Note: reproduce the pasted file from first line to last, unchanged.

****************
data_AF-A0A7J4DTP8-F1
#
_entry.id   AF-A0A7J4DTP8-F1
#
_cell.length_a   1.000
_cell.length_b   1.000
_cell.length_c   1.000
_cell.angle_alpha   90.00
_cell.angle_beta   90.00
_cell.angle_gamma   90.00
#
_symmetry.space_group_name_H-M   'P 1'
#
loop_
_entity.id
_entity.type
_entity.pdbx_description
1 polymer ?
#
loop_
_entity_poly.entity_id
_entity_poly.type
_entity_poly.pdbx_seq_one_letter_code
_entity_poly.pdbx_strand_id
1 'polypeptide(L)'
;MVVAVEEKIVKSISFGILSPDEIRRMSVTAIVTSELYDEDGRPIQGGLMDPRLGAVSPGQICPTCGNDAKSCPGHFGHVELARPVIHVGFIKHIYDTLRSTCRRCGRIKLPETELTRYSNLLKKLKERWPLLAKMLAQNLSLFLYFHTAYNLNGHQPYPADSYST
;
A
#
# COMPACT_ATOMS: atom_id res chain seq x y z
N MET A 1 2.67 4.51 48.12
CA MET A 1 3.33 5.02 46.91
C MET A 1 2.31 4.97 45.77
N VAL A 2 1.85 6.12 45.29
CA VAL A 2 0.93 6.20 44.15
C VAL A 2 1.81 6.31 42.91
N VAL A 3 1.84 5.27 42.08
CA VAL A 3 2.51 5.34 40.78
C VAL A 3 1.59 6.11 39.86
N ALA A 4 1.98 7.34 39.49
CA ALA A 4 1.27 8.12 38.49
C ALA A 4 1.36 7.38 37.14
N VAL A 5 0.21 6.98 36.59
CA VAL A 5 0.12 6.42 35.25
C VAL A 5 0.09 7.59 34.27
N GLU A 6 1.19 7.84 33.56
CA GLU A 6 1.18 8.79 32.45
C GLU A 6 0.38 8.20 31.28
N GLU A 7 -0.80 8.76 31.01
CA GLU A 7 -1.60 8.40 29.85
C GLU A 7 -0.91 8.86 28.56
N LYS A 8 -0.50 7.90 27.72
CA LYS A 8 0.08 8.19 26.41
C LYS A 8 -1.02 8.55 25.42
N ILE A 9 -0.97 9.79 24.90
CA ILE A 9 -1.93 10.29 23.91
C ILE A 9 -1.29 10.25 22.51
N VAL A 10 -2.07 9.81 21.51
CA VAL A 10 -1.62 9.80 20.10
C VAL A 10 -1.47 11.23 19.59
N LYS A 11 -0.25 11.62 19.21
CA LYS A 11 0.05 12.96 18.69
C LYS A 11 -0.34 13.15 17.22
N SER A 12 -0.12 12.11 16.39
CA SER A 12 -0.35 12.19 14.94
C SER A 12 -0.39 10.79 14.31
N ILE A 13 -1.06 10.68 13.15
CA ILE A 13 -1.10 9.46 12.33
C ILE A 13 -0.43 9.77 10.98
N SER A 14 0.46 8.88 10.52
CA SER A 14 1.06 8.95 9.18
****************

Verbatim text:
data_AF-A0A7J4DTP8-F1
#
_entry.id   AF-A0A7J4DTP8-F1
#
_cell.length_a   1.000
_cell.length_b   1.000
_cell.length_c   1.000
_cell.angle_alpha   90.00
_cell.angle_beta   90.00
_cell.angle_gamma   90.00
#
_symmetry.space_group_name_H-M   'P 1'
#
loop_
_entity.id
_entity.type
_entity.pdbx_description
1 polymer ?
#
loop_
_entity_poly.entity_id
_entity_poly.type
_entity_poly.pdbx_seq_one_letter_code
_entity_poly.pdbx_strand_id
1 'polypeptide(L)'
;MVVAVEEKIVKSISFGILSPDEIRRMSVTAIVTSELYDEDGRPIQGGLMDPRLGAVSPGQICPTCGNDAKSCPGHFGHVELARPVIHVGFIKHIYDTLRSTCRRCGRIKLPETELTRYSNLLKKLKERWPLLAKMLAQNLSLFLYFHTAYNLNGHQPYPADSYST
;
A
#
# COMPACT_ATOMS: atom_id res chain seq x y z
N MET A 1 2.67 4.51 48.12
CA MET A 1 3.33 5.02 46.91
C MET A 1 2.31 4.97 45.77
N VAL A 2 1.85 6.12 45.29
CA VAL A 2 0.93 6.20 44.15
C VAL A 2 1.81 6.31 42.91
N VAL A 3 1.84 5.27 42.08
CA VAL A 3 2.51 5.34 40.78
C VAL A 3 1.59 6.11 39.86
N ALA A 4 1.98 7.34 39.49
CA ALA A 4 1.27 8.12 38.49
C ALA A 4 1.36 7.38 37.14
N VAL A 5 0.21 6.98 36.59
CA VAL A 5 0.12 6.42 35.25
C VAL A 5 0.09 7.59 34.27
N GLU A 6 1.19 7.84 33.56
CA GLU A 6 1.18 8.79 32.45
C GLU A 6 0.38 8.20 31.28
N GLU A 7 -0.80 8.76 31.01
CA GLU A 7 -1.60 8.40 29.85
C GLU A 7 -0.91 8.86 28.56
N LYS A 8 -0.50 7.90 27.72
CA LYS A 8 0.08 8.19 26.41
C LYS A 8 -1.02 8.55 25.42
N ILE A 9 -0.97 9.79 24.90
CA ILE A 9 -1.93 10.29 23.91
C ILE A 9 -1.29 10.25 22.51
N VAL A 10 -2.07 9.81 21.51
CA VAL A 10 -1.62 9.80 20.10
C VAL A 10 -1.47 11.23 19.59
N LYS A 11 -0.25 11.62 19.21
CA LYS A 11 0.05 12.96 18.69
C LYS A 11 -0.34 13.15 17.22
N SER A 12 -0.12 12.11 16.39
CA SER A 12 -0.35 12.19 14.94
C SER A 12 -0.39 10.79 14.31
N ILE A 13 -1.06 10.68 13.15
CA ILE A 13 -1.10 9.46 12.33
C ILE A 13 -0.43 9.77 10.98
N SER A 14 0.46 8.88 10.52
CA SER A 14 1.06 8.95 9.18